• Drain the mushrooms, discard stalks and finely dice.
  • To make the dumplings: Peel and microplane the ginger to yield 2 tablespoons. Wash and trim spring onions. Chop 2 finely and julienne the remaining spring onion.
  • Carefully slice the chilli in half, scrape out the seeds and membrane and julienne. Reserve the julienned chilli and spring onion for the garnish.
  • Combine chicken, mushrooms, chopped spring onion, ginger, one tablespoon soy sauce, sesame oil, salt and pepper in a bowl, then beat the egg and mix and mulch it in well into the chicken mixture with your hands until combined.
  • Clean down and dry your work space. Lay one wonton wrapper down per person, then place a teaspoon of filling in the centre of each wrapper (don’t overfill!) and brush edges with a clean finger dipped in a bowl of cold water.
  • Bring three sides of each wrapper up to meet the centre, then press together to seal the edges to form a tricorne. Press again at the ends of each point and in the centre. Continue until you finish the dumplings.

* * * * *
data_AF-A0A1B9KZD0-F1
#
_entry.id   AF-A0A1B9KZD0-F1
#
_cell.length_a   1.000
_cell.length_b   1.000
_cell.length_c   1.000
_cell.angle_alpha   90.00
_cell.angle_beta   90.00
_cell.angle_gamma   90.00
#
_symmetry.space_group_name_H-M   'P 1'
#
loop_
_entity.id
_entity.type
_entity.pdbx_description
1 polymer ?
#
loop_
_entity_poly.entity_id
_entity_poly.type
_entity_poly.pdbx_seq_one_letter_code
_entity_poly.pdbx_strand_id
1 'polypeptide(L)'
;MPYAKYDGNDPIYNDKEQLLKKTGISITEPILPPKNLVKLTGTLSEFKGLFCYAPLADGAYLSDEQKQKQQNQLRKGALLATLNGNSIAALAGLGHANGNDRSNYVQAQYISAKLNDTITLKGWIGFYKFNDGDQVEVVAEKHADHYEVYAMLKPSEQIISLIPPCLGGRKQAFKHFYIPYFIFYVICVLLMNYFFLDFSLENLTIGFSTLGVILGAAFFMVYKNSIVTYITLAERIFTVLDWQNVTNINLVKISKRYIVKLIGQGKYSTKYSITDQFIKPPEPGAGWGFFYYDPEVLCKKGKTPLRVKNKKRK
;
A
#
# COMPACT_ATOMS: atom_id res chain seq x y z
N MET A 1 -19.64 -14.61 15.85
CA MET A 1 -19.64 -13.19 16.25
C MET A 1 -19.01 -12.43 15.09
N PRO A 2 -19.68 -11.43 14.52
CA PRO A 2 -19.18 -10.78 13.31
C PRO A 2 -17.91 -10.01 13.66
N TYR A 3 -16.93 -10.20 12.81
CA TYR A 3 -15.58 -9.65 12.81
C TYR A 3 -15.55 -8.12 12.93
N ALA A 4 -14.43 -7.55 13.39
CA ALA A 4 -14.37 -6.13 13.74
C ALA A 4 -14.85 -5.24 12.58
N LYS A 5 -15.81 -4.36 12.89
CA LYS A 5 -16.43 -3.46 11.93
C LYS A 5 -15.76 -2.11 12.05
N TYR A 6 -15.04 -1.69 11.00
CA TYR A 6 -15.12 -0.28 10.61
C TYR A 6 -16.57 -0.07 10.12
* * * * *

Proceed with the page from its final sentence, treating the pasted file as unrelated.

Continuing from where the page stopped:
• To make the dressing: peel and finely grate the garlic. Whisk the chilli oil, garlic, remaining soy sauce and black-rice vinegar in a medium bowl.
  • Cook dumplings a batch at a time for about two minutes in simmering water until they float to the surface.
  • Drain and divide among the serving plates. Spoon the dressing generously on top, scatter with the reserved chilli and spring onions and serve.
Categories: Kitchen Garden, Recipe | Tags: , , , , , , | Leave a comment

Create a free website or blog at

%d bloggers like this: